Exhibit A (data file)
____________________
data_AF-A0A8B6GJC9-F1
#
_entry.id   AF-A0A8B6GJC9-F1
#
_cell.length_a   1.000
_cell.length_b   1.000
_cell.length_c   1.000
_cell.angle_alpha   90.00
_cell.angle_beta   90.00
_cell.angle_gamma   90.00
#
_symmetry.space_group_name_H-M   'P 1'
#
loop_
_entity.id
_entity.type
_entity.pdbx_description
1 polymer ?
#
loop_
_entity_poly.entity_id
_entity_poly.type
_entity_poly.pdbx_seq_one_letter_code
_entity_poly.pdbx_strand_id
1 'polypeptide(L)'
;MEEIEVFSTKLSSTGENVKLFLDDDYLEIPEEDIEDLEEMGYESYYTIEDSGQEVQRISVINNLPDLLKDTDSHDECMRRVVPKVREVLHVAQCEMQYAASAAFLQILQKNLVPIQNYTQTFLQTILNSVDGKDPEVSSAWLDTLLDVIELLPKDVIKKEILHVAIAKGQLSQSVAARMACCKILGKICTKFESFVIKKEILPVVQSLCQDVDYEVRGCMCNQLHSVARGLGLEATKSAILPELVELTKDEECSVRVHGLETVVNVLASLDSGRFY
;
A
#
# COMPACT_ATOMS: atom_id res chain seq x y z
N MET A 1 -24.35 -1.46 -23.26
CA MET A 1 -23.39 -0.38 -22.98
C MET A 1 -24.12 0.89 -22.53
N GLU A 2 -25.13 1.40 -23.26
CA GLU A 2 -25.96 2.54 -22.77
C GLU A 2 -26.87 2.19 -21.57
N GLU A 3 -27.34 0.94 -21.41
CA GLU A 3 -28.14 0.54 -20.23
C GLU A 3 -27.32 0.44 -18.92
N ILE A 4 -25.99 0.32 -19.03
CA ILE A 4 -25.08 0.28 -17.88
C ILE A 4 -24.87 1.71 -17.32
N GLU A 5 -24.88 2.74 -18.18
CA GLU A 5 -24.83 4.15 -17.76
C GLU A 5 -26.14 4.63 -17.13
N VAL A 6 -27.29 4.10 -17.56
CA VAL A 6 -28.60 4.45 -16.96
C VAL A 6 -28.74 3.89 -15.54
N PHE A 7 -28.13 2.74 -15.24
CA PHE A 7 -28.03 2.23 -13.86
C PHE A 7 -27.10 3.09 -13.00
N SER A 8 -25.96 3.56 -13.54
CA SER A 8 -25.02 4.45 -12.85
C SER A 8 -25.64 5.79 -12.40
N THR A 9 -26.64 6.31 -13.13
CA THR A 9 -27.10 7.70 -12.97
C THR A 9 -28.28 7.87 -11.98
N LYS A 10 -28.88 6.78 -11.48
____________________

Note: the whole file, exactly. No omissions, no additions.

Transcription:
data_AF-A0A8B6GJC9-F1
#
_entry.id   AF-A0A8B6GJC9-F1
#
_cell.length_a   1.000
_cell.length_b   1.000
_cell.length_c   1.000
_cell.angle_alpha   90.00
_cell.angle_beta   90.00
_cell.angle_gamma   90.00
#
_symmetry.space_group_name_H-M   'P 1'
#
loop_
_entity.id
_entity.type
_entity.pdbx_description
1 polymer ?
#
loop_
_entity_poly.entity_id
_entity_poly.type
_entity_poly.pdbx_seq_one_letter_code
_entity_poly.pdbx_strand_id
1 'polypeptide(L)'
;MEEIEVFSTKLSSTGENVKLFLDDDYLEIPEEDIEDLEEMGYESYYTIEDSGQEVQRISVINNLPDLLKDTDSHDECMRRVVPKVREVLHVAQCEMQYAASAAFLQILQKNLVPIQNYTQTFLQTILNSVDGKDPEVSSAWLDTLLDVIELLPKDVIKKEILHVAIAKGQLSQSVAARMACCKILGKICTKFESFVIKKEILPVVQSLCQDVDYEVRGCMCNQLHSVARGLGLEATKSAILPELVELTKDEECSVRVHGLETVVNVLASLDSGRFY
;
A
#
# COMPACT_ATOMS: atom_id res chain seq x y z
N MET A 1 -24.35 -1.46 -23.26
CA MET A 1 -23.39 -0.38 -22.98
C MET A 1 -24.12 0.89 -22.53
N GLU A 2 -25.13 1.40 -23.26
CA GLU A 2 -25.96 2.54 -22.77
C GLU A 2 -26.87 2.19 -21.57
N GLU A 3 -27.34 0.94 -21.41
CA GLU A 3 -28.14 0.54 -20.23
C GLU A 3 -27.32 0.44 -18.92
N ILE A 4 -25.99 0.32 -19.03
CA ILE A 4 -25.08 0.28 -17.88
C ILE A 4 -24.87 1.71 -17.32
N GLU A 5 -24.88 2.74 -18.18
CA GLU A 5 -24.83 4.15 -17.76
C GLU A 5 -26.14 4.63 -17.13
N VAL A 6 -27.29 4.10 -17.56
CA VAL A 6 -28.60 4.45 -16.96
C VAL A 6 -28.74 3.89 -15.54
N PHE A 7 -28.13 2.74 -15.24
CA PHE A 7 -28.03 2.23 -13.86
C PHE A 7 -27.10 3.09 -13.00
N SER A 8 -25.96 3.56 -13.54
CA SER A 8 -25.02 4.45 -12.85
C SER A 8 -25.64 5.79 -12.40
N THR A 9 -26.64 6.31 -13.13
CA THR A 9 -27.10 7.70 -12.97
C THR A 9 -28.28 7.87 -11.98
N LYS A 10 -28.88 6.78 -11.48